Q-systems are a method of directed graph transformations according to given grammar rules, developed at the Université de Montréal by Alain Colmerauer in 1967--70 for use in natural language processing. The Université de Montréal's machine translation system, TAUM-73, used the Q-Systems as its language formalism.

The data structure manipulated by a Q-system is a Q-graph, which is a directed acyclic graph with one entry node and one exit node, where each arc bears a labelled ordered tree. An input sentence is usually represented by a linear Q-graph where each arc bears a word (tree reduced to one node labelled by this word). After analysis, the Q-graph is usually a bundle of 1-arc paths, each arc bearing a possible analysis tree. After generation, the goal is usually to produce as many paths as desired outputs, with again one word per arc.

A Q-System consists of a sequence of Q-treatments, each being a set of Q-rules, of the form <matched_path> == <added_path> [<condition>]. The Q-treatments are applied in sequence, unless one of them produces the empty Q-graph, in which case the result is the last Q-graph obtained. The three parts of a rule can contain variables for labels, trees, and forests. All variables after "==" must appear in the <matched_path> part. Variables are local to rules.

A Q-treatment works in two steps, addition and cleaning. It first applies all its rules exhaustively, using instantiation (one-way unification), thereby adding new paths to the current Q-graph (added arcs and their trees can be used to produce new paths). If and when this addition process halts, all arcs used in some successful rule application are erased, as well as all unused arcs that are no more on any path from the entry node to the exit node. Hence, the result, if any (if the addition step terminates), is again a Q-graph. That allows several Q-Systems to be chained, each of them performing a specialized task, together forming a complex system. For example, TAUM 73 consisted of fifteen chained Q-Systems.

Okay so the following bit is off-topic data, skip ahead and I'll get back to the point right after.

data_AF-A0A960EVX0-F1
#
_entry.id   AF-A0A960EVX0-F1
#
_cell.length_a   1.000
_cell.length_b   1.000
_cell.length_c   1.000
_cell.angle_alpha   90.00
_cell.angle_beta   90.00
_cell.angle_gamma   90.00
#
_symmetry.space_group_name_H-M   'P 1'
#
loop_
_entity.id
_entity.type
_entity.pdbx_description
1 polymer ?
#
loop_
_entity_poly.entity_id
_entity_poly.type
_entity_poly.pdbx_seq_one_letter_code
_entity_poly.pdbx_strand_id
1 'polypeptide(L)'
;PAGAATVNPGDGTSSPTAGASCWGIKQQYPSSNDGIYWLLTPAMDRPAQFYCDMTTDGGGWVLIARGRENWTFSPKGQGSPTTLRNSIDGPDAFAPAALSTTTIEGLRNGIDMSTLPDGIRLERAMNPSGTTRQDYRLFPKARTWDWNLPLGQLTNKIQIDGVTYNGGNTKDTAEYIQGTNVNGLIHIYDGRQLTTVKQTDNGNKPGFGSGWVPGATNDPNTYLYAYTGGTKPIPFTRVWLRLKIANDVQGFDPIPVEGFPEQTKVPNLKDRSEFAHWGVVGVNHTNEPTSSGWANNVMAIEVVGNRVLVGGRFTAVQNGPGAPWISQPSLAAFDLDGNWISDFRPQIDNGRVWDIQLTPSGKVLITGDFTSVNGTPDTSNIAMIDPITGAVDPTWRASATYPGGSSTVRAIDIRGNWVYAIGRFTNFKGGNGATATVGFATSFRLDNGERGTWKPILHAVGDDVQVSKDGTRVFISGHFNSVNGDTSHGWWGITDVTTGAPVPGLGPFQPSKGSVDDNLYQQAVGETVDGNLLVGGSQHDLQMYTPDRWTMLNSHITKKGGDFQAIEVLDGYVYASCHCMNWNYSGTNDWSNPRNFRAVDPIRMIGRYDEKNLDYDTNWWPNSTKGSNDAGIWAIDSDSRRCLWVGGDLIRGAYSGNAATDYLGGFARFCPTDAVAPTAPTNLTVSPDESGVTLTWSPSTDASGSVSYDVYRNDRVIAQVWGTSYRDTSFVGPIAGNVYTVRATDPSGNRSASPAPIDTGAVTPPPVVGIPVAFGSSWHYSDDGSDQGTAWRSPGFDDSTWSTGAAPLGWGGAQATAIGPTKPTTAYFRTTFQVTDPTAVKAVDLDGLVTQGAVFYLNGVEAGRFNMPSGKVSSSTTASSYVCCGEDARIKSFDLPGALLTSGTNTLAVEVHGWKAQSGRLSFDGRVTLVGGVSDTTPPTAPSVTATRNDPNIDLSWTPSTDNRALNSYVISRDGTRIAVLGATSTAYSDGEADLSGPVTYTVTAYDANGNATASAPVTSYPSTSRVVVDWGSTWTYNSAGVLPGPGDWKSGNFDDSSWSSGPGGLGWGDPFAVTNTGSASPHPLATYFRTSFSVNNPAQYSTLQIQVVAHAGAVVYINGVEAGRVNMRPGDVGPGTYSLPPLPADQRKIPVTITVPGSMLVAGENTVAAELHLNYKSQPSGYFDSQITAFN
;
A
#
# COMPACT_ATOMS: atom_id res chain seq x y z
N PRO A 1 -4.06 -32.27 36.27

An extension of the basic idea of the Q-Systems, namely to replace instantiation by unification (to put it simply, allow "new" variables in the right hand side part of a rule, and replace parametrized labelled trees by logical terms) led to Prolog, designed by Alain Colmerauer and Philippe Roussel in 1972. Refinements in the other direction (reducing non-determinism and introducing typed labels) by John Chandioux led to GramR, used for programming METEO from 1985 onward.

In 2009, Hong Thai Nguyen of GETALP GETALP, LIG (Laboratoire d'Informatique de Grenoble) reimplemented the Q-language in C, using ANTLR to compile the Q-systems and the Q-graphs, and an algorithm proposed by Christian Boitet (as none had been published and sources of the previous Fortran implementation had been lost). That implementation was corrected, completed and extended (to labels using Unicode characters and not only the printable characters of the CDC6600 of the historical version) by David Cattanéo in 2010-11.

See alsoEdit


  • Colmerauer, A: Les systèmes Q ou un formalisme pour analyser et synthétiser des phrases sur ordinateur. Mimeo, Montréal, 1969.
  • Nguyen, H-T: Des systèmes de TA homogènes aux systèmes de TAO hétérogènes. thèse UJF, Grenoble, 2009.

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